Sitting alongside these ordinary campaign messages was a heap of strange remarks. First, there were the simple lies. Military spending is not at record levels. Trump was not the first Republican to win Wisconsin since Dwight Eisenhower. His tax cuts are not the largest ever. People aren’t flocking to sign up for association health plans for the simple reason that they are not enrolling yet. These lies are no less appalling than they were in the past, but they have become less interesting.
Second, there were the things that don’t make sense. Trump claimed, all evidence to the contrary, that he is good at getting legislation passed. Early in the speech, he said that his critics failed to understand the value of getting along well with China and Russia; later on, he railed against China’s trade policies at length. (“They have been killing us.”) Trump mocked critics who claim that Russian President Vladimir “Putin is KGB.” Putin was in fact a long-serving KGB agent, and later directed the FSB, its successor. Trump complained about journalists using anonymous sources, something he claimed hadn’t happened in the past—eliciting chortles from journalists for whom he has been an anonymous source. (Anyone expecting Trump to tone down his rhetorical attacks on journalists after the shooting at a newspaper office in Annapolis was, in addition to being naive, disappointed: “Seventy-five percent of those people are downright dishonest.”)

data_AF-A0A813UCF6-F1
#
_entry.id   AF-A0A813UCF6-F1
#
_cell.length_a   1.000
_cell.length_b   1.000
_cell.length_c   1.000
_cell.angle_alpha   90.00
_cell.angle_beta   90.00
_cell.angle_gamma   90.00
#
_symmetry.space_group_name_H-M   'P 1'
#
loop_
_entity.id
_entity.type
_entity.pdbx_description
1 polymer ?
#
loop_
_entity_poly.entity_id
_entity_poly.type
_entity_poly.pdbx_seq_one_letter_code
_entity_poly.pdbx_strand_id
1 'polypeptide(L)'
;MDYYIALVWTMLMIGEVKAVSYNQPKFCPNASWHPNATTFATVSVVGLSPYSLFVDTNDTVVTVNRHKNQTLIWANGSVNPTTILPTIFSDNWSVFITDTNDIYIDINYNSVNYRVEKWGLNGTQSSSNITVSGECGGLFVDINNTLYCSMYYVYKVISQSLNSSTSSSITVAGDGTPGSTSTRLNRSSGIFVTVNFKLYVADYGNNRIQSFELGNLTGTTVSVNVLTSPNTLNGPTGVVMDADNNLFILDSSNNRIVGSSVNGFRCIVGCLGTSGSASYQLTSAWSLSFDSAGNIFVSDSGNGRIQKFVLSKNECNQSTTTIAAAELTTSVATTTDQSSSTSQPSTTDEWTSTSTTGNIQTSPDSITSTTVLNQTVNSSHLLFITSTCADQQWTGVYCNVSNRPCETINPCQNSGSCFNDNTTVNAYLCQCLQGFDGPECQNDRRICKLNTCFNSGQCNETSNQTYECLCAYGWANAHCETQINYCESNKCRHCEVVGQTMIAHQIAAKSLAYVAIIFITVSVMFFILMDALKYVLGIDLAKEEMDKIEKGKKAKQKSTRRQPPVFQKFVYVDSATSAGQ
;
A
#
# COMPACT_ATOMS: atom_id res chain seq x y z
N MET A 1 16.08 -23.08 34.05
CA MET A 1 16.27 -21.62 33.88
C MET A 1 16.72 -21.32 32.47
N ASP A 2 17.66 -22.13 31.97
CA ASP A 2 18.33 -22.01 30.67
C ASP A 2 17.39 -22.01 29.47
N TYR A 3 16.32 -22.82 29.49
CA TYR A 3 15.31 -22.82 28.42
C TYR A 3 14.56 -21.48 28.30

Finally, there was the bizarre.